‘A Very Warm, Fun Feeling’: Restaurants Rejoice, Reopen Dining for First Time Since November

Posted

Gov. Jay Inslee’s largely-unexpected announcement last week that the West and Puget Sound regions would move into Phase 2 of his reopening plan after the weekend gave restaurants a few days to prepare and get the word out.

So, did hungry locals show up Monday morning? 

“Oh gosh yes,” Judy McCann, of Judy’s Country Kitchen, said. 

At 9:30 a.m., she described the diner full of thrilled customers. 

“They’re all cheery and excited and happy to be able to eat in,” she said. “It’s a very warm, fun feeling right now.”

Up the street, at O’Blarney’s Irish Pub, Morgan Malloy said staff had been waiting for the announcement for weeks. 

“Our staff is very excited and we’re ready to see some hungry, happy, wanting-to-drink faces,” Malloy said.

She spent Friday telling customers that they could finally eat inside after the weekend, instead of getting takeout or sitting under the restaurant’s tent outside. Other restaurants took to Facebook to spread the word and drum up crowds. 

“Woohoo! We can’t wait to see you all next week for limited indoor dining,” a post from Dawn’s Delectables in Centralia read.

Even with all the excitement, O’Blarney’s plans on keeping its outdoor tents up, just in case infections surge and the county swings back into Phase 1, prohibiting indoor dining again. Along with new metrics, Inslee also announced that regions would be evaluated by the state on a two-week basis, instead of a weekly basis, hopefully minimizing whiplash caused by counties bouncing back and forth between phases.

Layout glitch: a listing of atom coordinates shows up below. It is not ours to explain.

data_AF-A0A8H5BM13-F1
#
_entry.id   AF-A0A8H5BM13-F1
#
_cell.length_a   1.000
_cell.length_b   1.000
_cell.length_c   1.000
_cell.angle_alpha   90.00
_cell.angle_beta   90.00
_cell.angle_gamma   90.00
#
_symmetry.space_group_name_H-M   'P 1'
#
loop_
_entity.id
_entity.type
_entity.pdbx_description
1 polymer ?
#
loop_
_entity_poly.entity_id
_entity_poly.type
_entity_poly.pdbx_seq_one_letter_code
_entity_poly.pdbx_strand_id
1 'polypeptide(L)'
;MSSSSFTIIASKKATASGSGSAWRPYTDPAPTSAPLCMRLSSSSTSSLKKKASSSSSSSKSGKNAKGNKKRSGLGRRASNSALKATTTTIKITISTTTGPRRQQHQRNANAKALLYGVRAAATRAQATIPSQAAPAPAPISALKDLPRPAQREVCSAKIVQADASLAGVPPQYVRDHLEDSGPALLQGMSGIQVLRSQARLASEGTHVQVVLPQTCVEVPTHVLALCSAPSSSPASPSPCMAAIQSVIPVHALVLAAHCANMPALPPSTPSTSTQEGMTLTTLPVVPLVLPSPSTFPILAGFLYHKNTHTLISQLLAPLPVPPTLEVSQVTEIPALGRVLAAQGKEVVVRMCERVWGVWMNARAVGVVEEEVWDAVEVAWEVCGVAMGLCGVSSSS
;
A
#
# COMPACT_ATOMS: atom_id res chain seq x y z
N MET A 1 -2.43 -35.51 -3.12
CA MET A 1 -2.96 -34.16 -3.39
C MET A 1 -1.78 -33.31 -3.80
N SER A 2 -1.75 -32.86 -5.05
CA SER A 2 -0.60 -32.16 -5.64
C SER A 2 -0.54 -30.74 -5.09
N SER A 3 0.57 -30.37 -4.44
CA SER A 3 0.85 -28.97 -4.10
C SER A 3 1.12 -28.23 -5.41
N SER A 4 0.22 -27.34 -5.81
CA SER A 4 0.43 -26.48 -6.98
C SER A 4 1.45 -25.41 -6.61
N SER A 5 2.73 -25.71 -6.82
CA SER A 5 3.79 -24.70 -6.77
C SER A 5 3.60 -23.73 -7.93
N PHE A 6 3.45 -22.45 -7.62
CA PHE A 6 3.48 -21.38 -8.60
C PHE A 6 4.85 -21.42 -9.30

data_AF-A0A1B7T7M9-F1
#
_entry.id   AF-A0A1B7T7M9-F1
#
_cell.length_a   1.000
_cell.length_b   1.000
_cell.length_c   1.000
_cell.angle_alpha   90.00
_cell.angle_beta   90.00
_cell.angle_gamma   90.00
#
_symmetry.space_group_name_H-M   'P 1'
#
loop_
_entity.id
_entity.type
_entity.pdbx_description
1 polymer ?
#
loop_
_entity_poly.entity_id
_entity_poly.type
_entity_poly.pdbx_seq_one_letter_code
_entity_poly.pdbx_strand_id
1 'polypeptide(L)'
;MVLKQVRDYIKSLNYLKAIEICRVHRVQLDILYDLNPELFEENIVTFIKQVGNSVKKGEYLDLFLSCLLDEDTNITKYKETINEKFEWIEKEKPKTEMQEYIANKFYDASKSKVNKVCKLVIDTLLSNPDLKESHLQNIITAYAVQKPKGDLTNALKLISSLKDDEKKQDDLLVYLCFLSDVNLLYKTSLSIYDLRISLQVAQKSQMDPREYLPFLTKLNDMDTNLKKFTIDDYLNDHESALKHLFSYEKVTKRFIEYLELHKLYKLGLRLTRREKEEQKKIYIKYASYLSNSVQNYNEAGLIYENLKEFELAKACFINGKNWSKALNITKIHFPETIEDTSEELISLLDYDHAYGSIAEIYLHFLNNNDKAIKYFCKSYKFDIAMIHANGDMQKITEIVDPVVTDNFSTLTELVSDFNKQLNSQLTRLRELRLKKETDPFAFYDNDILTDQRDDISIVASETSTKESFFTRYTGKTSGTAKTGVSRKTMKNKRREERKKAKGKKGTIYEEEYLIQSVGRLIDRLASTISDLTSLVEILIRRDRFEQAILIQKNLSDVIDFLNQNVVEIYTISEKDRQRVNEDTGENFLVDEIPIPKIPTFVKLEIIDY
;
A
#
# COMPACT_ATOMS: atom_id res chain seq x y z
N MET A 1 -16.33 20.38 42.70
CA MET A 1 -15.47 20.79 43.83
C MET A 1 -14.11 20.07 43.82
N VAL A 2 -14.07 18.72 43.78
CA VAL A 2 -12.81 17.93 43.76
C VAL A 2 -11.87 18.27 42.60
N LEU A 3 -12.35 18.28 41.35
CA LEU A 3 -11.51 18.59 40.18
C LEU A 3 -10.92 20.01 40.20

While many took the announcement as good news, some lawmakers criticized Inslee, calling the reopening metrics arbitrary and saying the easing of restrictions doesn’t do enough for Washingtonians, about half of which are still in Phase 1. 

“While this is very good news for Southwest Washington counties like Lewis, Thurston, and Grays Harbor, it reinforces the arbitrary and subjective basis for the governor’s reopening plan,” Rep. Peter Abbarno, R-Centralia, said in a statement last week. 

District 19 Sen. Jeff Wilson, R-Longview, offered a similar critique, pointing to the fact that his legislative district is now split into constituents allowed to eat indoors and constituents who are prohibited from doing so locally. 

Inslee said the decision to move some regions forward despite concerns of more contagious COVID-19 variants spreading in the U.S. was partially informed by the state’s ramped-up vaccination efforts, as well as a “quite significant” decline in transmission state-wide.

“We certainly like our progress we’ve recently made bringing down COVID activity,” he said Thursday. “And so these are some promising signs we’re headed in the right direction.”

It’s good news not just for owners and residents itching to socialize, but for employees now able to pick up more hours. Minutes after announcing they would offer indoor dining this week, O’Blarney’s also posted a job opening to their Facebook. At Judy’s Country Kitchen, McCann confirmed that she was able to bring six employees back onboard, while Tim Filer, owner of McFiler’s in Chehalis, said indoor dining will allow him to offer more hours. 

“I have a few staff members who are only working literally four hours a week or something,” Filer said Friday. “So I’m hoping to bulk everybody’s hours up just enough and spread it evenly among staff.”

Filer is already planning to re-up regular trivia nights and movie nights, and even hopes to book a rock show soon. 

“It’s a breath of fresh air, and it’s nice to know that there’s a light at the end of the tunnel,” he said. “We get back some sense of normalcy.”

Commenting is currently disabled for all users